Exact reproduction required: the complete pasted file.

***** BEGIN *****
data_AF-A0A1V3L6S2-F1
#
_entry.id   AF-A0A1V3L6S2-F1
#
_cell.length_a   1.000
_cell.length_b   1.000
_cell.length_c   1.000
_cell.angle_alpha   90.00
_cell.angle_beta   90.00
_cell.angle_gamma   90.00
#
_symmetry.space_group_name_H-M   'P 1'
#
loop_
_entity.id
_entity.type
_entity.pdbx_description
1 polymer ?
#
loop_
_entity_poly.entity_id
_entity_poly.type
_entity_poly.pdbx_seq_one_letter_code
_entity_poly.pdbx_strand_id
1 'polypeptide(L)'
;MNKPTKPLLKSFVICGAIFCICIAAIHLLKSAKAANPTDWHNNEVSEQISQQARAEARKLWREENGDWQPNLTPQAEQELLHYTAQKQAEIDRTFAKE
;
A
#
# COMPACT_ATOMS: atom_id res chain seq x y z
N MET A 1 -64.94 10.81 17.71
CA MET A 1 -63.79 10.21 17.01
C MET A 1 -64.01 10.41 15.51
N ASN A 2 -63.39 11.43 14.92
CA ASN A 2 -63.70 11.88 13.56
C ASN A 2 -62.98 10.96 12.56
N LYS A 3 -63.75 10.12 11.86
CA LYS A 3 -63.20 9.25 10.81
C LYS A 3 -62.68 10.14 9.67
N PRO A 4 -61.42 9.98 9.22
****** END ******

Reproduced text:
data_AF-A0A1V3L6S2-F1
#
_entry.id   AF-A0A1V3L6S2-F1
#
_cell.length_a   1.000
_cell.length_b   1.000
_cell.length_c   1.000
_cell.angle_alpha   90.00
_cell.angle_beta   90.00
_cell.angle_gamma   90.00
#
_symmetry.space_group_name_H-M   'P 1'
#
loop_
_entity.id
_entity.type
_entity.pdbx_description
1 polymer ?
#
loop_
_entity_poly.entity_id
_entity_poly.type
_entity_poly.pdbx_seq_one_letter_code
_entity_poly.pdbx_strand_id
1 'polypeptide(L)'
;MNKPTKPLLKSFVICGAIFCICIAAIHLLKSAKAANPTDWHNNEVSEQISQQARAEARKLWREENGDWQPNLTPQAEQELLHYTAQKQAEIDRTFAKE
;
A
#
# COMPACT_ATOMS: atom_id res chain seq x y z
N MET A 1 -64.94 10.81 17.71
CA MET A 1 -63.79 10.21 17.01
C MET A 1 -64.01 10.41 15.51
N ASN A 2 -63.39 11.43 14.92
CA ASN A 2 -63.70 11.88 13.56
C ASN A 2 -62.98 10.96 12.56
N LYS A 3 -63.75 10.12 11.86
CA LYS A 3 -63.20 9.25 10.81
C LYS A 3 -62.68 10.14 9.67
N PRO A 4 -61.42 9.98 9.22